JavaServer Pages (JSP) allows web developers to mix the power of HTML (Hypertext Markup Language) with the strength of Java to create web applications with unlimited potential. Although other web technologies, such as ColdFusion, can parse and execute text files containing programming commands mixed with HTML tags, JSP has the advantage of being intrinsically related to Java 2 Platform, Enterprise Edition (J2EE). This relationship allows JSP to leverage the full power of the Java language in a much simpler development environment. Another inherent difference between JSP and other web technologies is that JSP compiles script pages into Java servlets, small programs that a web browser can access without forcing the web server to interpret the script page each time it is called. This approach significantly reduces the resource demands on a web server.
To fully utilize JavaServer Pages and Dreamweaver MX, you need access to a JSP development environment. In addition, you need an understanding of the objects and syntax that make up JSP. The full breadth of Java and JSP are well out of the range of material we can cover in one chapter, so we'll focus our discussion on the most commonly used areas of the JSP language.
A JavaServer Pages (JSP) script file is a text file containing any combination of JSP and HTML code. However, as the JSP web server processes the text file, the server compiles the JSP script file into a servlet. Servlets are Java programs that can accept HTTP requests and send HTTP responses through a JSP web server. Typically, this process can be broken into several steps.
A web browser requests a page at a specific web address, such as www.sybex.com.
The web server hosting the www.sybex.com website accepts that request, locates the targeted page, and prepares to "serve" the page to the requesting web browser.
If the request is for a JSP page, the server passes the request to the server's servlet container. The servlet container controls the creation, use, and destruction of servlets. If this is the first request for the JSP servlet, the servlet container compiles the servlet from the JSP page and loads the servlet into memory. At this point, the servlet is ready to accept HTTP requests and send HTTP responses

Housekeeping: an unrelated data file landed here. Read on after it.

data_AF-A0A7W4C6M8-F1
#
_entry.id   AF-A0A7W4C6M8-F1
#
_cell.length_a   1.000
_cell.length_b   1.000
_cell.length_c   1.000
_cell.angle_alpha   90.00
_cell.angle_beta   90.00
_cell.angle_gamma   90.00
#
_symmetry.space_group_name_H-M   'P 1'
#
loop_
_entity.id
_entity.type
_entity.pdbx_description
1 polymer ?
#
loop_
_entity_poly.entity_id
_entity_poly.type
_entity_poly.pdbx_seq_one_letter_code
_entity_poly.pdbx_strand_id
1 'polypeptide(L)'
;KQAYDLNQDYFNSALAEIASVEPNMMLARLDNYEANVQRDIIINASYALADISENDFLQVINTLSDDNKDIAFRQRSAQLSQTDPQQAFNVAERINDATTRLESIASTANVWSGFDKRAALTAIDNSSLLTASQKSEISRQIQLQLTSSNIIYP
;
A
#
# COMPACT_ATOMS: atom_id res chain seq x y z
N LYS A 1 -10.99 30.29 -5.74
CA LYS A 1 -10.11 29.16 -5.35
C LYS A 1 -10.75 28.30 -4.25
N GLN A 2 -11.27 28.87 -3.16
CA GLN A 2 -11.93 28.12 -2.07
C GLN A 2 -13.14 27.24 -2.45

The server forwards the HTTP request to the servlet, which subsequently sends the resulting HTML to the requesting web browser.
Java servlets are small programs written in Java to run within a Java Servlet Engine on a web server. Servlets can be a powerful web development tool. Java servlets are easily portable from one web environment to another and scalable from small to large implementations. In addition, servlets, which are compiled once and actually run inside the web server process, are typically less of a drain of a web server's resources than traditional web-scripting technologies that compile and render a script page upon each request.
This overview is just the tip of the iceberg. Since the code in a JSP page is actually Java, you're not limited to a single operating system or web server technology. In fact, you can easily port a JSP web application to any operating system and web server technology that supports the Java standard, which includes Windows and most flavors of Unix.
The primary focus of Java 2 Platform, Enterprise Edition (J2EE) is to simplify enterprise application development. J2EE accomplishes this goal in three ways. First, J2EE has sets of standardized, modular components that add additional functionality to the JSP language. Second, J2EE provides a complete set of web services to these standardized components. Third, J2EE automatically handles many details of application behavior— without requiring complex programming from the developers.
In addition, J2EE provides the same features that have made Java such a popular development tool— "Write Once, Run Anywhere," JDBC (Java Database Connectivity) for database access, CORBA (Common Object Request Broker Architecture) technology to interact with legacy enterprise systems, security to protect data, and full support for JavaBeans components, Java Servlets API (application programming interface), JavaServer Pages, and XML (Extensible Markup Language).